The Mars Hill College Historic District is comprised of approximately 27.07 acres of the 187.17 acre campus. This area comprises the historic buildings of what is the oldest surviving educational institution of higher education on its origi... Read more
The Founders Memorial was erected as part of Mars Hill College Sesquicentennial celebration in 2006-2007. Designed to honor the twenty-three known founding families of the institution, the memorial also recognizes the the twenty-two preside... Read more
The founding of Mars Hill University is a fascinating and complex account of personal sacrifice and community collaboration that tends to interest all who study it. Perhaps one of the most fascinating as well as heartbreaking stories from t... Read more
Upon its founding in 1856, Mars Hill University consisted of only one large two-story brick building that stood at this site. Known as the First Building, both the campus and the town of Mars Hill steadily grew around this structure which s... Read more
Next to Founders Hall stands arguably the most eye-catching and visually interesting building on the campus of Mars Hill.  Estella Nissen Montague Hall is a one-story, mezzanine T-plan stone building that was erected in three stages over t... Read more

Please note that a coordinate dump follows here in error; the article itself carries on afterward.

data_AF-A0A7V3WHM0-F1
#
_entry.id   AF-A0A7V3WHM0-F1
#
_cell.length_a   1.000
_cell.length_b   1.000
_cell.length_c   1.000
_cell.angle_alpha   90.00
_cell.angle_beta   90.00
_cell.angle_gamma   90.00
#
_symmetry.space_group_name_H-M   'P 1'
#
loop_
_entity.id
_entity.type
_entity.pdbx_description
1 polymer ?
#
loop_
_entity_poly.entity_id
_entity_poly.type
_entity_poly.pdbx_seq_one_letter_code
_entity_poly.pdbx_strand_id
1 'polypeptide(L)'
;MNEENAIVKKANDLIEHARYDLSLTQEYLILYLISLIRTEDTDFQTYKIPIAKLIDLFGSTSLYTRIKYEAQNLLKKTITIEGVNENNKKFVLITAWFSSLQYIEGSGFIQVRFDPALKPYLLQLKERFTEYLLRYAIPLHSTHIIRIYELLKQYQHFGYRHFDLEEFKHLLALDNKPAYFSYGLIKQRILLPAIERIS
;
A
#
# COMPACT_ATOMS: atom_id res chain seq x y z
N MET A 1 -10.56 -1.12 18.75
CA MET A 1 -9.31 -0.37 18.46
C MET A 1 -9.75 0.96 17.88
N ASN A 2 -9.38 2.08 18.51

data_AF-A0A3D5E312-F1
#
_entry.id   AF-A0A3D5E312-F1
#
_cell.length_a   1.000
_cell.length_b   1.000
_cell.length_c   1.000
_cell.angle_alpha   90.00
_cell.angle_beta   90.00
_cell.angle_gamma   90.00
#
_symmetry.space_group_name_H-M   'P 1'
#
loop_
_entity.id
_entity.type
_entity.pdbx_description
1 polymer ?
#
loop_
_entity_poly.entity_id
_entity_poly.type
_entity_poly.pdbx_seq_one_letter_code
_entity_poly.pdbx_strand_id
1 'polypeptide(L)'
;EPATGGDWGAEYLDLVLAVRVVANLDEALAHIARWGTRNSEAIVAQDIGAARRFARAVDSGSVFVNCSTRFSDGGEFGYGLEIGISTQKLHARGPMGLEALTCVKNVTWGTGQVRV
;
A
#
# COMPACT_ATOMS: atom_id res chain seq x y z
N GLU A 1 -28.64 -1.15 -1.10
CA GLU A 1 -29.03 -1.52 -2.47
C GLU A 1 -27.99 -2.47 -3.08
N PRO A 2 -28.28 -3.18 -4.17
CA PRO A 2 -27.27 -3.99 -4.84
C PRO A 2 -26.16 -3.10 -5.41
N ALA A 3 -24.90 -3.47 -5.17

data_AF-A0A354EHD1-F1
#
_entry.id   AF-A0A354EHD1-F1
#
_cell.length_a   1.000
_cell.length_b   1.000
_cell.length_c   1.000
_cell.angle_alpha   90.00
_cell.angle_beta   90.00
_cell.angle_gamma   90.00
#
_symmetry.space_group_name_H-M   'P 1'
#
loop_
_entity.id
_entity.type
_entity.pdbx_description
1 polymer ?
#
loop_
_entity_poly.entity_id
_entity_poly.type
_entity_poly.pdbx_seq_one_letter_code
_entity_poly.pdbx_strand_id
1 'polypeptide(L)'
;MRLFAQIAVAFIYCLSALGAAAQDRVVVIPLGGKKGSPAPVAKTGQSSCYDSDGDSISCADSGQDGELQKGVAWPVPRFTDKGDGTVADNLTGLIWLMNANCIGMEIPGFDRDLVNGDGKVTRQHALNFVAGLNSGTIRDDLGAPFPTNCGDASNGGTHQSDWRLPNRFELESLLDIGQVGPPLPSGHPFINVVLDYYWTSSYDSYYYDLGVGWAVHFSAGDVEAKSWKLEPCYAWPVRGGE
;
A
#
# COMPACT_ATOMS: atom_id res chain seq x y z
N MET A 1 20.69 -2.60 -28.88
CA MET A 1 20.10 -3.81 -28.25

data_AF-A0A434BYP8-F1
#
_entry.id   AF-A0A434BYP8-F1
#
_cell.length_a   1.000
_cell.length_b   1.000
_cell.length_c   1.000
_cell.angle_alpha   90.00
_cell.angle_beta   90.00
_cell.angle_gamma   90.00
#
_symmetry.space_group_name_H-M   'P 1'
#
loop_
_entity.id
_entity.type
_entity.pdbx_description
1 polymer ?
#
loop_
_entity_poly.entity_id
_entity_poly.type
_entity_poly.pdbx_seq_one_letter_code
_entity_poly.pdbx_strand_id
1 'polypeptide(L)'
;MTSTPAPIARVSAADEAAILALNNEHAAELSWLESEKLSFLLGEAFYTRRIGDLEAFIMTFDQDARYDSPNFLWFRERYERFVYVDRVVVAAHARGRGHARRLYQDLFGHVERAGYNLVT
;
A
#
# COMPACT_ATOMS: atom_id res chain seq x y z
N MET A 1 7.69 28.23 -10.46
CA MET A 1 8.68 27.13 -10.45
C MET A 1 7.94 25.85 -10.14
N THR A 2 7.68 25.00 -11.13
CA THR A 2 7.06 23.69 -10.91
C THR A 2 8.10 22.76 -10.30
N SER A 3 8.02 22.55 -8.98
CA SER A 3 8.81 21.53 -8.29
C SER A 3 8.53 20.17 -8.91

Opened in 1906, Mars Hill College’s First Auditorium and Chapel was the first building constructed under President Dr. Robert L. Moore’s administration. Designed in 1904 by Mr. R. T. Daniel of Weldon, North Carolina and costing roughly ... Read more
Built sometime between 1918 and 1921, the former Jarrett House was originally designed as the parsonage for the Mars Hill Baptist Church, which at the time was located in what is now Owen Theatre. Located on land given to the church by I.B.... Read more
Owen Theatre opened in April 1918, and has served various needs of both Mars Hill University, formerly Mars Hill College, and the community for nearly a century. Since its founding, the history of Mars Hill University and the local Baptist ... Read more
To the right of the Historic Quad stands Spilman Hall. In 1905, Milo Clinton Treat agreed to donate $2,000 dollars to Mars Hill College for the construction of a boy’s club facility under the condition that the institution could raise a m... Read more
To the left of Spilman Hall lies the Sunken Garden. Designed as part of the Amphitheatre in 1935, water from the fountain located in the Sunken Garden would flow to the reflecting pools that once adorned the front of the Amphitheatre stage.... Read more
Completed in 1909, Marshbanks Hall is the oldest surviving building designed by an identified architect, Martin Egbert Parmalee of Parmalee & Sons.Originally containing administrative offices, classrooms, two Literary Society Halls, and... Read more